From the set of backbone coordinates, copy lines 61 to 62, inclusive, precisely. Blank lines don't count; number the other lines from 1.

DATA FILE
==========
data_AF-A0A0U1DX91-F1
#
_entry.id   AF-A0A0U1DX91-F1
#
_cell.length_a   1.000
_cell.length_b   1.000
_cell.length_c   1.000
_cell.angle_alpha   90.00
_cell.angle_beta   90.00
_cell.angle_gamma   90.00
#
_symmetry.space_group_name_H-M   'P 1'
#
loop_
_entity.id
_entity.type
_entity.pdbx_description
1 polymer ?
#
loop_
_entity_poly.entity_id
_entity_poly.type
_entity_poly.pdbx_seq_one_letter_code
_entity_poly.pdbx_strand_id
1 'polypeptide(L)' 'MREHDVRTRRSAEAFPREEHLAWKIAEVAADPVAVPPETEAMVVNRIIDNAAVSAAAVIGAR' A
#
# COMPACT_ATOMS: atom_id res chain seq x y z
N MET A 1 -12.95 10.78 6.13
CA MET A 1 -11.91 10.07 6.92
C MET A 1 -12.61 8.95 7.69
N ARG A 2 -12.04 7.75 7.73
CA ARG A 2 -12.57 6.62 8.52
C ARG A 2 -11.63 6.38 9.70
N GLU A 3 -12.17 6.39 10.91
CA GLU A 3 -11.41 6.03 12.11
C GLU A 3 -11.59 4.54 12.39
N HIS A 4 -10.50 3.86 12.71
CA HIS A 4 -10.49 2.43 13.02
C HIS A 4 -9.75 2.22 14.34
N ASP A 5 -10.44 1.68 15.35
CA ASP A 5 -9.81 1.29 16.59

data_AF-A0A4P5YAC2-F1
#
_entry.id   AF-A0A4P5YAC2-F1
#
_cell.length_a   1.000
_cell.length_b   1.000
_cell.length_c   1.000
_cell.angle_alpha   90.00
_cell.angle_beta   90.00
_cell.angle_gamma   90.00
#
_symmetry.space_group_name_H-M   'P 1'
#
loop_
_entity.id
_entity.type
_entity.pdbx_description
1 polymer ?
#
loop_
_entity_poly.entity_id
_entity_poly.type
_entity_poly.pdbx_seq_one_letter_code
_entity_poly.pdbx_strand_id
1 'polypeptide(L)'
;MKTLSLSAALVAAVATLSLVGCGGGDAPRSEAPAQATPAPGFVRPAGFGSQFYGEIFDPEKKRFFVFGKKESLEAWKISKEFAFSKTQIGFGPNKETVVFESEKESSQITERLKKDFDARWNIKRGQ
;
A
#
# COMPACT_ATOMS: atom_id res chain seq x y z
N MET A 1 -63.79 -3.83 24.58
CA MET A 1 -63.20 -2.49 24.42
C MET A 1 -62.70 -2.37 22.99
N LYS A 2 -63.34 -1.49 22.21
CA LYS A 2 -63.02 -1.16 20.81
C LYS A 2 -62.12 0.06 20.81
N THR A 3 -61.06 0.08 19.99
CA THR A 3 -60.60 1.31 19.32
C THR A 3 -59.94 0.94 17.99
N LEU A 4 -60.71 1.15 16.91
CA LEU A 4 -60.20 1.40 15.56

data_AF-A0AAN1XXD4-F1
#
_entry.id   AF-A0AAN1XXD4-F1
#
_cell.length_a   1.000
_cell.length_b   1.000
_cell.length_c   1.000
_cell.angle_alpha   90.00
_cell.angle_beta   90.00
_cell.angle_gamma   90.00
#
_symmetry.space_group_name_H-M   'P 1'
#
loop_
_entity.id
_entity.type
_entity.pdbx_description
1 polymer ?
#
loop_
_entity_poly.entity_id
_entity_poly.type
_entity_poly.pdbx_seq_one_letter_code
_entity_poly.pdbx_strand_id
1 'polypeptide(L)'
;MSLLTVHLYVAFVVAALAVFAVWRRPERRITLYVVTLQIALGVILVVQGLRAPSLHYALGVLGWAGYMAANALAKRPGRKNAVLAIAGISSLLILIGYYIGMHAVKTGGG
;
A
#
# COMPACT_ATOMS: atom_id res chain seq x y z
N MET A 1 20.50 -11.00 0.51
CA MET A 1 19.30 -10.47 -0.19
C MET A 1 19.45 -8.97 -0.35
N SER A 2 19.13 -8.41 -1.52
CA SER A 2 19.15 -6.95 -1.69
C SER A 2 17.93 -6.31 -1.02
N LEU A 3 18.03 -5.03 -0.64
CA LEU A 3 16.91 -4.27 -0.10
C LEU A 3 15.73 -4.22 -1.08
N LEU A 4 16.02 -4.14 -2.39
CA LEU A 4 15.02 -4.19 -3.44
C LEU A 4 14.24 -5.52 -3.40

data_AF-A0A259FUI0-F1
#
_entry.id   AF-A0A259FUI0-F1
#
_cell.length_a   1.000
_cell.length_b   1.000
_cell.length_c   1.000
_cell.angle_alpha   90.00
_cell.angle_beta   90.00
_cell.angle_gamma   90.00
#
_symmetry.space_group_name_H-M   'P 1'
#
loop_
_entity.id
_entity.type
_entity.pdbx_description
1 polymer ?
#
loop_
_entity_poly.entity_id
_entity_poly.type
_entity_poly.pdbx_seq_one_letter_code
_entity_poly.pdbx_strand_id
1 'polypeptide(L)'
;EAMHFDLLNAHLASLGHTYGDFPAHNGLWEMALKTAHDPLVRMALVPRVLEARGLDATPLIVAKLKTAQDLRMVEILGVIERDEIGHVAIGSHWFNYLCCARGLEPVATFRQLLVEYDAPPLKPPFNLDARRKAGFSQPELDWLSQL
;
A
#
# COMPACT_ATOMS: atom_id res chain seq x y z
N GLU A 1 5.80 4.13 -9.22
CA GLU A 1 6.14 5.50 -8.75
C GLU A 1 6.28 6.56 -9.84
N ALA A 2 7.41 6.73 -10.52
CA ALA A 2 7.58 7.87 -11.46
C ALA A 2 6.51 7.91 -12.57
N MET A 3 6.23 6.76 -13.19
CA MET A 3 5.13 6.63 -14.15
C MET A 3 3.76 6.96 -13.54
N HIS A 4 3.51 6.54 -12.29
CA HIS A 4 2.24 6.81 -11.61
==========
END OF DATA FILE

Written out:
loop_
_entity_poly.entity_id